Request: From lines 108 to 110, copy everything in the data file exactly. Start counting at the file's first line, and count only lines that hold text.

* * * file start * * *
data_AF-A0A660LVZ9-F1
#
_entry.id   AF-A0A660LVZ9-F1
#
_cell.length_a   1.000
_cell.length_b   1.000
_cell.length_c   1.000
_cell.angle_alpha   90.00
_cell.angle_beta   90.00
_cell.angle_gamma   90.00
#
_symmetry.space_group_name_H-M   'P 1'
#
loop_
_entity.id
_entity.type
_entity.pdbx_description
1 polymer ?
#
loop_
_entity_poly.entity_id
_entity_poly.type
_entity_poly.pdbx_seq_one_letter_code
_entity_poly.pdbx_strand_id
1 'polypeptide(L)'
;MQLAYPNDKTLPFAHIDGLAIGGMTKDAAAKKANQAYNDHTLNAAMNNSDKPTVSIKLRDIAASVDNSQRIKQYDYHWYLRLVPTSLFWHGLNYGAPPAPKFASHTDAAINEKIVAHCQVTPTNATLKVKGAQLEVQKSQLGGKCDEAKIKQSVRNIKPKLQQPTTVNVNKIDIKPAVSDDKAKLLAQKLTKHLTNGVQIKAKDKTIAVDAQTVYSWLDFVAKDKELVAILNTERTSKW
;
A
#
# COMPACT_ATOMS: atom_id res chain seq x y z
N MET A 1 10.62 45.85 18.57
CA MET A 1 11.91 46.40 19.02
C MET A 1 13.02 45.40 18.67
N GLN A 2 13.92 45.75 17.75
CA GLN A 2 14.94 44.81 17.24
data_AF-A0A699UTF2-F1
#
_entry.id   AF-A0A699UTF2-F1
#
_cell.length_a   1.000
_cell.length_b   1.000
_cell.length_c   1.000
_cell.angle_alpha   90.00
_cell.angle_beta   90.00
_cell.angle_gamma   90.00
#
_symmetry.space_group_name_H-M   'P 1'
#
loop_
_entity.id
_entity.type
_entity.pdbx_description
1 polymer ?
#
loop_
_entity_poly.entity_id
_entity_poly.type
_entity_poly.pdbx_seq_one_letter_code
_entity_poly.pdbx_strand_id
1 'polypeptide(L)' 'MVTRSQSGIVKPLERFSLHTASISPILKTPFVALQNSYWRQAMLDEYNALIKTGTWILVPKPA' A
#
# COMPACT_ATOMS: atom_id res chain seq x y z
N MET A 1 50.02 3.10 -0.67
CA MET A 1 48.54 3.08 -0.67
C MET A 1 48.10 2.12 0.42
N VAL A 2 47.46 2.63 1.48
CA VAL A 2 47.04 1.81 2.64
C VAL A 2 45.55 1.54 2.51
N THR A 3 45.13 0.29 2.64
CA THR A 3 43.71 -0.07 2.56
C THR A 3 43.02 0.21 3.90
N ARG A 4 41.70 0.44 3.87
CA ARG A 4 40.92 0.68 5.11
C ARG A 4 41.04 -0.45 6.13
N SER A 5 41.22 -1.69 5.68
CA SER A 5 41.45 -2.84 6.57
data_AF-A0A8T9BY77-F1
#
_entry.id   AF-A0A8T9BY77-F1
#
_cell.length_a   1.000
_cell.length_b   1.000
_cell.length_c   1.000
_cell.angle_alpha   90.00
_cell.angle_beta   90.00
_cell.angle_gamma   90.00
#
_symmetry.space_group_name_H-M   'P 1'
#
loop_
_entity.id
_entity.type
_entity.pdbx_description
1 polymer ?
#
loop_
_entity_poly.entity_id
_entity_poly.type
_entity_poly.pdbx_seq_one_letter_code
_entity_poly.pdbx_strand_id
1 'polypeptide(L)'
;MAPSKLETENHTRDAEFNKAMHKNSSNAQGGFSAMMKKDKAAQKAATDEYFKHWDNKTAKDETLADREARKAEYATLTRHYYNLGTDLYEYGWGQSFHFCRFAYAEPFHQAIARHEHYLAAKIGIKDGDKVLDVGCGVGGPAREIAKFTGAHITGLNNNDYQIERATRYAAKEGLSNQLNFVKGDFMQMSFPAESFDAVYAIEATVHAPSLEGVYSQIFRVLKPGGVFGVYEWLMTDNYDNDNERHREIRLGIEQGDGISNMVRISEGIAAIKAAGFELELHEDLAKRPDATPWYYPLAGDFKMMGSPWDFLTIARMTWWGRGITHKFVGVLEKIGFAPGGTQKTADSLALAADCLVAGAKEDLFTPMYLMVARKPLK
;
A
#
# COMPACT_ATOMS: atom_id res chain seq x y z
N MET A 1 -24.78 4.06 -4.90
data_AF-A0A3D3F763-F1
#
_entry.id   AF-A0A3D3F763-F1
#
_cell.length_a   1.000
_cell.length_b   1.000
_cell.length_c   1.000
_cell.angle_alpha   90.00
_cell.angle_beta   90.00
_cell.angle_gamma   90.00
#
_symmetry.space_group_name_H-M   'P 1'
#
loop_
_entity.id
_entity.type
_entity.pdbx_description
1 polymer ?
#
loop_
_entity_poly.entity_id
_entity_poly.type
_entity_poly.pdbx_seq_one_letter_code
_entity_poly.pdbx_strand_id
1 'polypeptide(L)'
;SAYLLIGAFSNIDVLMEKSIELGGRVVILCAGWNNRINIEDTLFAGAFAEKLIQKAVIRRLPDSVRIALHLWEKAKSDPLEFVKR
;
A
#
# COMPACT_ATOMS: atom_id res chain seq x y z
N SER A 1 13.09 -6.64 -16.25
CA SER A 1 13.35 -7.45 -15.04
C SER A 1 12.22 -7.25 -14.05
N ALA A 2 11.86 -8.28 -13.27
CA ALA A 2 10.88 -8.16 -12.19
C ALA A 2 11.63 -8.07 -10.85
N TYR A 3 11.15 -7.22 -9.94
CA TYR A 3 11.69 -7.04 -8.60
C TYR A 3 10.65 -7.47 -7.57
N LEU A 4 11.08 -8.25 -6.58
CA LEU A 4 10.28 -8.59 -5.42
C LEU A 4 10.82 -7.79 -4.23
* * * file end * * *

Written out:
data_AF-A0A3D3F763-F1
#
_entry.id   AF-A0A3D3F763-F1